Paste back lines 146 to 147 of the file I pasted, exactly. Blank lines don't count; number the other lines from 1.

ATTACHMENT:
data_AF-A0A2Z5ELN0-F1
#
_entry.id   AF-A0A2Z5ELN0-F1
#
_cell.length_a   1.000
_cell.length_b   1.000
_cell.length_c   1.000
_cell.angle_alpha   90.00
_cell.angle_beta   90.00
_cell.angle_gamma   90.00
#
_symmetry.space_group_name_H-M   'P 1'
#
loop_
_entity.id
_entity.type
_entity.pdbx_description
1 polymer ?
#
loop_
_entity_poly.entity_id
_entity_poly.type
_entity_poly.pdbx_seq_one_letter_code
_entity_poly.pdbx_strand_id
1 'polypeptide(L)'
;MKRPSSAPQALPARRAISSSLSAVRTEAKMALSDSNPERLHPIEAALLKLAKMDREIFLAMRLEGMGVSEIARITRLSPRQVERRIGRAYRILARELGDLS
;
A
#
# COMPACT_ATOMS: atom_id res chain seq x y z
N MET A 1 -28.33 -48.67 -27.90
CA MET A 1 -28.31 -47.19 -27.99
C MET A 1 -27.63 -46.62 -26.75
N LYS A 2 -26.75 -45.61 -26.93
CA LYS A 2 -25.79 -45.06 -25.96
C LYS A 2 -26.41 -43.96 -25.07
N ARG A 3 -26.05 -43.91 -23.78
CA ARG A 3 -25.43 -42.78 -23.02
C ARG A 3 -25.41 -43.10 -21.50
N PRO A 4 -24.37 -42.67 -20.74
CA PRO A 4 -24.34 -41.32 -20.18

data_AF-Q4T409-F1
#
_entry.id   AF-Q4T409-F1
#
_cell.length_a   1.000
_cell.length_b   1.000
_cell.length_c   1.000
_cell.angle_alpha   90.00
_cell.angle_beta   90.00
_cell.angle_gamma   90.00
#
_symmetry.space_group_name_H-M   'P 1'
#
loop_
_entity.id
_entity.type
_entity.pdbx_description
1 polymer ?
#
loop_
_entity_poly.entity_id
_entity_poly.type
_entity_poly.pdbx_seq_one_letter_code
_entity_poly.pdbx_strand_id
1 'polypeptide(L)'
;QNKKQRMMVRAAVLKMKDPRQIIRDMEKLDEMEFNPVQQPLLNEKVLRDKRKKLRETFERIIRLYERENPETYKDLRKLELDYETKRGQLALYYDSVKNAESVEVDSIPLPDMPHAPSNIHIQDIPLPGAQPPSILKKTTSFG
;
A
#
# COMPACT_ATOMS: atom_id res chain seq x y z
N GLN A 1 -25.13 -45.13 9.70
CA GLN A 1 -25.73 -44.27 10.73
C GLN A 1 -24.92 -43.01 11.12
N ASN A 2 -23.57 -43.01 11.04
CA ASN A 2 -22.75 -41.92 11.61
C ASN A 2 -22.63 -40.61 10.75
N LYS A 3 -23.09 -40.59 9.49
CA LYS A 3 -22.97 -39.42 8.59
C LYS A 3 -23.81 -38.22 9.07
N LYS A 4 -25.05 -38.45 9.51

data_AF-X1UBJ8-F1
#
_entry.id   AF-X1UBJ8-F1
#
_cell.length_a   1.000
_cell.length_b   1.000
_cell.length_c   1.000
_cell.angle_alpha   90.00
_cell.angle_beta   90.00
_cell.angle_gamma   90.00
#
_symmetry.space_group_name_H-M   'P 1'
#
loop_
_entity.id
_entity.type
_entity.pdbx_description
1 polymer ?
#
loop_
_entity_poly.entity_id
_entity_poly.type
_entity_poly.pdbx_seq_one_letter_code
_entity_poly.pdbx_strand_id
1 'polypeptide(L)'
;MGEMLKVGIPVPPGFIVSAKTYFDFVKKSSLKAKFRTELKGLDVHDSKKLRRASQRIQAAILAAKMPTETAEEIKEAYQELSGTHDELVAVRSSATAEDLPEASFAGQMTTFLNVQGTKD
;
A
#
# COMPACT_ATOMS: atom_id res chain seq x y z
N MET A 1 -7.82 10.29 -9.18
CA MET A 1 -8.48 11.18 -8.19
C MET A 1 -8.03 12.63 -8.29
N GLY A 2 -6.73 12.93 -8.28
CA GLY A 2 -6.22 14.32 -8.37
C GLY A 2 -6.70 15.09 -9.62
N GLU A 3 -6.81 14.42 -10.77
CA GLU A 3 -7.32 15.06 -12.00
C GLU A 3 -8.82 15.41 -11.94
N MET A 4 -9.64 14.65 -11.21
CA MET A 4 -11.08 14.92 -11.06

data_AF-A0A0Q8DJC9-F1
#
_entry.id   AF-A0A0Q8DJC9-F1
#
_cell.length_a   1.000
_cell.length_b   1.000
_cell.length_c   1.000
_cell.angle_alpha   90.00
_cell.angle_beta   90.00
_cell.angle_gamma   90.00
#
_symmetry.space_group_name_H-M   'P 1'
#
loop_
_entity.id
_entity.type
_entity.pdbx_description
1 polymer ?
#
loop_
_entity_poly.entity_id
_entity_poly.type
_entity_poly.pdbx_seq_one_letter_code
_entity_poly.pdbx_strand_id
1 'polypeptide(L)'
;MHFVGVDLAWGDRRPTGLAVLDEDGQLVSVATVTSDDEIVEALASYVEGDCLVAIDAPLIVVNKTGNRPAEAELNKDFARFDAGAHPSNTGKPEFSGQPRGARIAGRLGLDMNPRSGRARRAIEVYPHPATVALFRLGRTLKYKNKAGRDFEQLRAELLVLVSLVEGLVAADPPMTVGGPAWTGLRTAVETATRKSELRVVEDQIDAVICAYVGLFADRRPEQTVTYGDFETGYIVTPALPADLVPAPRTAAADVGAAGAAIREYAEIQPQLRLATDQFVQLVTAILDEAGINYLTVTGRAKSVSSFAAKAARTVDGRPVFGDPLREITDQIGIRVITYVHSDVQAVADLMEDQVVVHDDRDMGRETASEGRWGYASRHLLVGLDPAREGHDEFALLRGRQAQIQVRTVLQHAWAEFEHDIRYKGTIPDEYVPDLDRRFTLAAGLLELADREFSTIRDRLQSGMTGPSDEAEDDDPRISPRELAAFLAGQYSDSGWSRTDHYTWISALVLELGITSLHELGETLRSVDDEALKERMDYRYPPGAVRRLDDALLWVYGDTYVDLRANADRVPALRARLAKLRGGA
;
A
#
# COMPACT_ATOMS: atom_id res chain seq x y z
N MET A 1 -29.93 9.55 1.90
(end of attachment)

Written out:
_entity_poly.pdbx_strand_id
1 'polypeptide(L)'